Since antiquity, cot death has been explained as accidental suffocation, overlaying, or smothering. Parents were blamed for neglect or drunkenness. A cage called arcuccio was invented around 1570 to protect the sleeping infant. Up to the 19th century, accidents were registered as natural causes of death. From 1830, accidental suffocation became unacceptable for physicians and legislators, and "natural" explanations for the catastrophe were sought, with parents being consoled rather than blamed. Two assumed causes had serious consequences: thymus hyperplasia was irradiated, causing thyroid cancer, and the concept of central apnea was widely accepted, which led to home monitors and distracted from epidemiological evidence. Prone sleeping originated in the 1930s and from 1944, it was associated with cot death. However, from the 1960s, many authors recommended prone sleeping for infants, and many countries adopted the advice. A worldwide epidemic followed, peaking at 2‰ in England and Wales and 5‰ in New Zealand in the 1980s. Although epidemiological evidence was available by 1970, the first intervention was initiated in the Netherlands in 1989. Cot death disappeared almost entirely wherever prone sleeping was avoided. This strongly supports the assumption that prone sleeping has the greatest influence on the disorder, and that the epidemic resulted from wrong advice.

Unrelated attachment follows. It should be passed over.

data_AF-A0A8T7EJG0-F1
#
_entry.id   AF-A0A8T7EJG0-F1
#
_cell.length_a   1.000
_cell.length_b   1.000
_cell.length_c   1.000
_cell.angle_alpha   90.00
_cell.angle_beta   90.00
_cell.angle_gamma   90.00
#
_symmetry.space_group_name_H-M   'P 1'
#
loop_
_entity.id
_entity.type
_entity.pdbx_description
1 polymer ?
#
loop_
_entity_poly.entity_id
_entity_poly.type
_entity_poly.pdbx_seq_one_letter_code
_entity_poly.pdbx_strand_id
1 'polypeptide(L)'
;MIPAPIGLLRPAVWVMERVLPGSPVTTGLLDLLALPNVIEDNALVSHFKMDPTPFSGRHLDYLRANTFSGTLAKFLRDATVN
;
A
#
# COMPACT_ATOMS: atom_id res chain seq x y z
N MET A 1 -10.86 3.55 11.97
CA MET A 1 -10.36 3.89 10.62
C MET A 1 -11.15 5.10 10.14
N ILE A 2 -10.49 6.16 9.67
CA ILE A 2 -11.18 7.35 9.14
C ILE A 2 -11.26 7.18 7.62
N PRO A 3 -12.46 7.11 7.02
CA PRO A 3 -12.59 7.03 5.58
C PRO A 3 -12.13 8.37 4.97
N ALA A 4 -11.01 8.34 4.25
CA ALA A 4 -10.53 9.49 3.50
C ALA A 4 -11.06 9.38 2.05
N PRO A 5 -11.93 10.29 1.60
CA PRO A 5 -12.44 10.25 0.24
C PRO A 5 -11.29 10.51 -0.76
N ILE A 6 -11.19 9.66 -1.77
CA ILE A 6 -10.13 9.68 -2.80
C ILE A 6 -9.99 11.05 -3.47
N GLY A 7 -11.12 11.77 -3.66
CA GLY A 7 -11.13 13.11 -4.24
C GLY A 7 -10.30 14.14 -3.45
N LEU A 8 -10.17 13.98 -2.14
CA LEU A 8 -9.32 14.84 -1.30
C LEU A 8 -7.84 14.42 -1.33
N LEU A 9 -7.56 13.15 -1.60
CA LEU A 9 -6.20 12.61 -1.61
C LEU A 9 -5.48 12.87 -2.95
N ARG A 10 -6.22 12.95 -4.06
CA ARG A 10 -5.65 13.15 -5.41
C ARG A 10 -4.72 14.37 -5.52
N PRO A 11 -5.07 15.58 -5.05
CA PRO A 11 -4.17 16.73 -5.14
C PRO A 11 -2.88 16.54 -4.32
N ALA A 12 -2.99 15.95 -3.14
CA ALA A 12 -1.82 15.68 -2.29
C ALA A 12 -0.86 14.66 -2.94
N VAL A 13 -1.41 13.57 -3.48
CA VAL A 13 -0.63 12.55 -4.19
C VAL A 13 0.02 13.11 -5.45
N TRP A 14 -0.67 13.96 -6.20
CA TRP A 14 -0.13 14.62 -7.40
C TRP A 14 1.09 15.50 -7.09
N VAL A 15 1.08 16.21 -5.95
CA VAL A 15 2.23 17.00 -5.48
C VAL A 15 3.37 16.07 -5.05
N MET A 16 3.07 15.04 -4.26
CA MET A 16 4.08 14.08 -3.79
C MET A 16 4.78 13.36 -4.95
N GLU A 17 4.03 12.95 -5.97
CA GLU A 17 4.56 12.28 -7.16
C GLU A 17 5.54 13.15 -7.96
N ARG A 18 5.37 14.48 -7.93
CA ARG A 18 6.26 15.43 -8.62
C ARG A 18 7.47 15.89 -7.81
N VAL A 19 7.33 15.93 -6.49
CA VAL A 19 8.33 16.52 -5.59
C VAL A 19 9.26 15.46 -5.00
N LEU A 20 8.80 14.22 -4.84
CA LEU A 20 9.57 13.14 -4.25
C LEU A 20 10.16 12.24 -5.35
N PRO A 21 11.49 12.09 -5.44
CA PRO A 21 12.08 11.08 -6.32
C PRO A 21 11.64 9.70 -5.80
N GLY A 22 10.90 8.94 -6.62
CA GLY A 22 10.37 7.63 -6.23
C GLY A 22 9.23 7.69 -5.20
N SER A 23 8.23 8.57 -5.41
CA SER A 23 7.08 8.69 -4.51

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http://dx.doi.org/10.1159/000481880DOI Listing
September 2019

From "apparent death" to "birth asphyxia": a history of blame.

Authors:
Michael Obladen

Pediatr Res 2018 02 8;83(2):403-411. Epub 2017 Nov 8.

Department of Neonatology, Charité University Medicine, Berlin Germany.